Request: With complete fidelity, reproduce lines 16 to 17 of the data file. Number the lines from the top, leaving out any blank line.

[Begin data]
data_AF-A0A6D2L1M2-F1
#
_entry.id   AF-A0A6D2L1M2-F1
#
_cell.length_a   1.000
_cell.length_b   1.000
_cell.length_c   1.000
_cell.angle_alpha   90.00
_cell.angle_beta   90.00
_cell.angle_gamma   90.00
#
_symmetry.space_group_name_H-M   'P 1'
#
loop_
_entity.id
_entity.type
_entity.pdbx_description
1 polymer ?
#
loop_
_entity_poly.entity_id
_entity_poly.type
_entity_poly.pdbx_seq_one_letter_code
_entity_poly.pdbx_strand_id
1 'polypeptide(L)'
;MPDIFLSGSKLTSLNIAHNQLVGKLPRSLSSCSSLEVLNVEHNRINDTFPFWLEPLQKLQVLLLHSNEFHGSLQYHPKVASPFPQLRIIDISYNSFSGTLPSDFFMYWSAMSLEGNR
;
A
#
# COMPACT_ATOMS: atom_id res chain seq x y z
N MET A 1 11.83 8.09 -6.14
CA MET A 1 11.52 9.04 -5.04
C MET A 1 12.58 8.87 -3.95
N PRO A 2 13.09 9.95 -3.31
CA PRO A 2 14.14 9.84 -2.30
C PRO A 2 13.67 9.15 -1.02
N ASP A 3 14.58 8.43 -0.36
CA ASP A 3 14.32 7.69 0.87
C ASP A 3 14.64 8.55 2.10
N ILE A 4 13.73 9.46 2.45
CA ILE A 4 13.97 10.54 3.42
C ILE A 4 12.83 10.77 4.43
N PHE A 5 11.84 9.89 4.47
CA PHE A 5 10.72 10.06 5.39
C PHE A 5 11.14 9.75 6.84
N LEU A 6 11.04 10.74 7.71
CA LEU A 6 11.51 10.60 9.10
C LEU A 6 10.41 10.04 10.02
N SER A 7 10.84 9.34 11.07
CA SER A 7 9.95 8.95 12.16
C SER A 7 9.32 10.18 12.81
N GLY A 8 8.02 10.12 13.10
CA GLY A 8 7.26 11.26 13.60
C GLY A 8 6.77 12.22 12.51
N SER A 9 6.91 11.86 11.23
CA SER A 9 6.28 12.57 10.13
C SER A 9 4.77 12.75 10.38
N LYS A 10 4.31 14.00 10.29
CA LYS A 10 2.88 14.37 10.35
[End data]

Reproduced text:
_entity.type
_entity.pdbx_description